Much of the software created using GitHub is free, but GitHub itself is decidedly not. Microsoft today announced that it will pay $7.5 billion in stock to acquire the software development platform that bills itself as "the largest open source community in the world."
"Microsoft is a developer-first company, and by joining forces with GitHub we strengthen our commitment to developer freedom, openness and innovation," Microsoft CEO Satya Nadella said. "We recognize the community responsibility we take on with this agreement and will do our best work to empower every developer to build, innovate and solve the world's most pressing challenges."
The company sought to assuage concerns GitHub users may have about the deal, pledging that GitHub "will retain its developer-first ethos and will operate independently to provide an open platform for all developers in all industries." Additionally, the service will continue to support any programming language, tools, operating systems, cloud services, and device of the users' choosing.
"Microsoft is all-in on open source," Nadella said in a blog post accompanying the news. "We have been on a journey with open source, and today we are active in the open source ecosystem, we contribute to open source projects, and some of our most vibrant developer tools and frameworks are open source. When it comes to our commitment to open source, judge us by the actions we have taken in the recent past, our actions today, and in the future."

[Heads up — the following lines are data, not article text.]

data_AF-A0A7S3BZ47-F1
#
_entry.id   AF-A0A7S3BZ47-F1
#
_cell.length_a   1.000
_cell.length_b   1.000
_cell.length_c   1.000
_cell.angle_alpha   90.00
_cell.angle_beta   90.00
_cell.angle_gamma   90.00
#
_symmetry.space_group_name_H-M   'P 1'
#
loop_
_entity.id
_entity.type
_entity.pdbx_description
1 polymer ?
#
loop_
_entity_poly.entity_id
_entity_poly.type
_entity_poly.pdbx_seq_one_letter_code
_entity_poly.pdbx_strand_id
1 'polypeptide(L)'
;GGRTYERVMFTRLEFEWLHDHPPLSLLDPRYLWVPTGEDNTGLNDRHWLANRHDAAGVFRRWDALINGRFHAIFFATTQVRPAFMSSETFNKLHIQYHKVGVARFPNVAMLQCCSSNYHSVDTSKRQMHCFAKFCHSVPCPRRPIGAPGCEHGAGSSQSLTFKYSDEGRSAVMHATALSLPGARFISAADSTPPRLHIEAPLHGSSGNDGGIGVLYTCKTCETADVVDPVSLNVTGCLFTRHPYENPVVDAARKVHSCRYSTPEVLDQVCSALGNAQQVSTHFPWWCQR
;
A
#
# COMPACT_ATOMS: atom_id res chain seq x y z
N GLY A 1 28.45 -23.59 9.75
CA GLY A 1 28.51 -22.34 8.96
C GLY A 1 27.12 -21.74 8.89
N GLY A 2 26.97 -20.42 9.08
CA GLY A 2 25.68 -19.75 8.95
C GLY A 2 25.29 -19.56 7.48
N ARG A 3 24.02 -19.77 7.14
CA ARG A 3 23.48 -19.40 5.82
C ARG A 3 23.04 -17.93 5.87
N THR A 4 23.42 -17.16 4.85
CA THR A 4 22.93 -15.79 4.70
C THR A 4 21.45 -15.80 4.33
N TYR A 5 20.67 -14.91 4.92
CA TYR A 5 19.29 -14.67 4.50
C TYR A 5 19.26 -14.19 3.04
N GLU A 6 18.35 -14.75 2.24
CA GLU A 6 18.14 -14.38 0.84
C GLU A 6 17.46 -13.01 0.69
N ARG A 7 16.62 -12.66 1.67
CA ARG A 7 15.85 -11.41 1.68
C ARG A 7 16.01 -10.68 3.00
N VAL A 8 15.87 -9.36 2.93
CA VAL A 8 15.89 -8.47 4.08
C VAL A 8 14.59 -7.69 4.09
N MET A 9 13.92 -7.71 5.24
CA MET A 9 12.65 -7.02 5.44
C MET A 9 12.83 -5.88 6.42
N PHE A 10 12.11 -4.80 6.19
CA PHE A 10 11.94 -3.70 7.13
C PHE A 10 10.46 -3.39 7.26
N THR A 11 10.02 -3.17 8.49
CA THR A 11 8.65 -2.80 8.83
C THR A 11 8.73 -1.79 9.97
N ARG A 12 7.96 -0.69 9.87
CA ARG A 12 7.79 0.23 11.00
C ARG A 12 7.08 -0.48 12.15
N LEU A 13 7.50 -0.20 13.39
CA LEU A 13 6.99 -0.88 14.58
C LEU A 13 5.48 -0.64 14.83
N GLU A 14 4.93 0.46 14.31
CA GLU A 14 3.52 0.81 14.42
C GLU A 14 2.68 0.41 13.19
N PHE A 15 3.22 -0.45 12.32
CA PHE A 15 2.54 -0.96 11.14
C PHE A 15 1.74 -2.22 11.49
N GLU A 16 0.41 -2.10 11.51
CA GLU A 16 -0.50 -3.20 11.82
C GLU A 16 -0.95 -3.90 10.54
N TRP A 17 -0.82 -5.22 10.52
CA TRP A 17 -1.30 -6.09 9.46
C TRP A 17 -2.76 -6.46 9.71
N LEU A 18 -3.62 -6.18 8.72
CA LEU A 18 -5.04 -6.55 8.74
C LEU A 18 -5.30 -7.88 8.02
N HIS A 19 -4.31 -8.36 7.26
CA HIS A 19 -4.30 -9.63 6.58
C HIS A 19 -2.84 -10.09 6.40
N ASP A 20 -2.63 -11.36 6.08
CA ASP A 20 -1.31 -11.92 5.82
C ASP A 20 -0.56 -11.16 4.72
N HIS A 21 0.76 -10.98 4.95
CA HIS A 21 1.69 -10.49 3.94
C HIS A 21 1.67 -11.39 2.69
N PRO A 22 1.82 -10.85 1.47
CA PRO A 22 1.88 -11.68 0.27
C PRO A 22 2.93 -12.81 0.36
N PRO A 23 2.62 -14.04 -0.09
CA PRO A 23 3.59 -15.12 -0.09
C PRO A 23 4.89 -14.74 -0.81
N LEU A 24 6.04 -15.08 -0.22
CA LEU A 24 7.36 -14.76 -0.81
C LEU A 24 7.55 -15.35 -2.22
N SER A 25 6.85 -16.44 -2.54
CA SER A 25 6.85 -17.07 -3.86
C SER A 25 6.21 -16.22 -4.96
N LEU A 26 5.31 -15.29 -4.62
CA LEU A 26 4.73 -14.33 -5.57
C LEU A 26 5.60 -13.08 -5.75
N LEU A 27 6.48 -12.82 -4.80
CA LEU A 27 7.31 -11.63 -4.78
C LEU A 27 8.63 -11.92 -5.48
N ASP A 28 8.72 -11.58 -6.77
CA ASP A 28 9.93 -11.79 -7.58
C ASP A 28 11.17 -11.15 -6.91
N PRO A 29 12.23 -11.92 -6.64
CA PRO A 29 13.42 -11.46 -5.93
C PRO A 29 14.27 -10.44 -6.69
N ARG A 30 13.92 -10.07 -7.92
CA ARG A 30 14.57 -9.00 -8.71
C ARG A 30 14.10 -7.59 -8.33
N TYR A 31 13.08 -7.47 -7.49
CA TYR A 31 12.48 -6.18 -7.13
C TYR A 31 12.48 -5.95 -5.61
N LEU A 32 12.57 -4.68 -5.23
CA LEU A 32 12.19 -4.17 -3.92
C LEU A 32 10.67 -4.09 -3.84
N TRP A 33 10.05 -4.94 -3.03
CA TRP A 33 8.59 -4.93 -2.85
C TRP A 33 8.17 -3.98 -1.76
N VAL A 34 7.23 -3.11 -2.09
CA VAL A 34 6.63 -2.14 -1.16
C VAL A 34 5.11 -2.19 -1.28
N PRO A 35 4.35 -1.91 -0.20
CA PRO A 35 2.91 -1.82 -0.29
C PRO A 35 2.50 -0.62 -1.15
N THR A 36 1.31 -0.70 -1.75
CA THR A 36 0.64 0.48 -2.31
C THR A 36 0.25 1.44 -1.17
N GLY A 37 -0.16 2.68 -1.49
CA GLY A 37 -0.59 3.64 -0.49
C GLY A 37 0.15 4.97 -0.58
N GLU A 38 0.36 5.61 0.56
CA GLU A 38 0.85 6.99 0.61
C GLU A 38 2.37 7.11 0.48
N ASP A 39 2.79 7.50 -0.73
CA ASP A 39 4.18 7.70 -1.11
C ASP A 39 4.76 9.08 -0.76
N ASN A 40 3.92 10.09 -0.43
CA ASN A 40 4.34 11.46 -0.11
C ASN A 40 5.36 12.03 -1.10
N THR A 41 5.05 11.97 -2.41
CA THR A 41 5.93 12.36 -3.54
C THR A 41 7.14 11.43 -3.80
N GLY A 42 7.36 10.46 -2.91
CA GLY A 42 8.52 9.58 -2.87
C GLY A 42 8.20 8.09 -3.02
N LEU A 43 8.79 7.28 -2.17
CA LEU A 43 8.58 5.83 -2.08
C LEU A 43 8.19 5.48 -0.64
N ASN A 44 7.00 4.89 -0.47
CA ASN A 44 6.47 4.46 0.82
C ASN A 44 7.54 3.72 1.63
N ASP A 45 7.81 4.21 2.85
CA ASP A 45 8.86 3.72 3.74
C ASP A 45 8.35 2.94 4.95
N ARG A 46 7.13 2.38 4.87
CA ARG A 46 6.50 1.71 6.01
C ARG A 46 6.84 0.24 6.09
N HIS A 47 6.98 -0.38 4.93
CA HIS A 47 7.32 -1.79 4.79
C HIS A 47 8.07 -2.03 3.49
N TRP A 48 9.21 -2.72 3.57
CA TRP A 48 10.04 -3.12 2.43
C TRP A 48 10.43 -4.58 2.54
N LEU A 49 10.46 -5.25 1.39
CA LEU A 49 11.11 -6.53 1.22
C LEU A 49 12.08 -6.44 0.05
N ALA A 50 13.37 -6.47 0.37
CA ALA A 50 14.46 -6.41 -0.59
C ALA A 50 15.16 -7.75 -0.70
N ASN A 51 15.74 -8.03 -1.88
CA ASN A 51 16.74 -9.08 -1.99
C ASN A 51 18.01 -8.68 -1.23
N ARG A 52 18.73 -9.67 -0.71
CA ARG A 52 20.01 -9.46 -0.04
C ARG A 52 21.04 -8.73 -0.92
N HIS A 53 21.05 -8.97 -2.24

GitHub's current CEO Chris Wanstrath will transition to the role of Microsoft technical fellow "to work on strategic software initiatives" while Microsoft corporate VP Nat Friedman replaces Wanstrath in the CEO role.
GitHub was launched in April of 2008. By the time of its 10th anniversary, the platform boasted a community of 27 million developers representing 1.8 million organizations (including Microsoft, Google, Facebook, and IBM) collaborating on more than 85 million projects.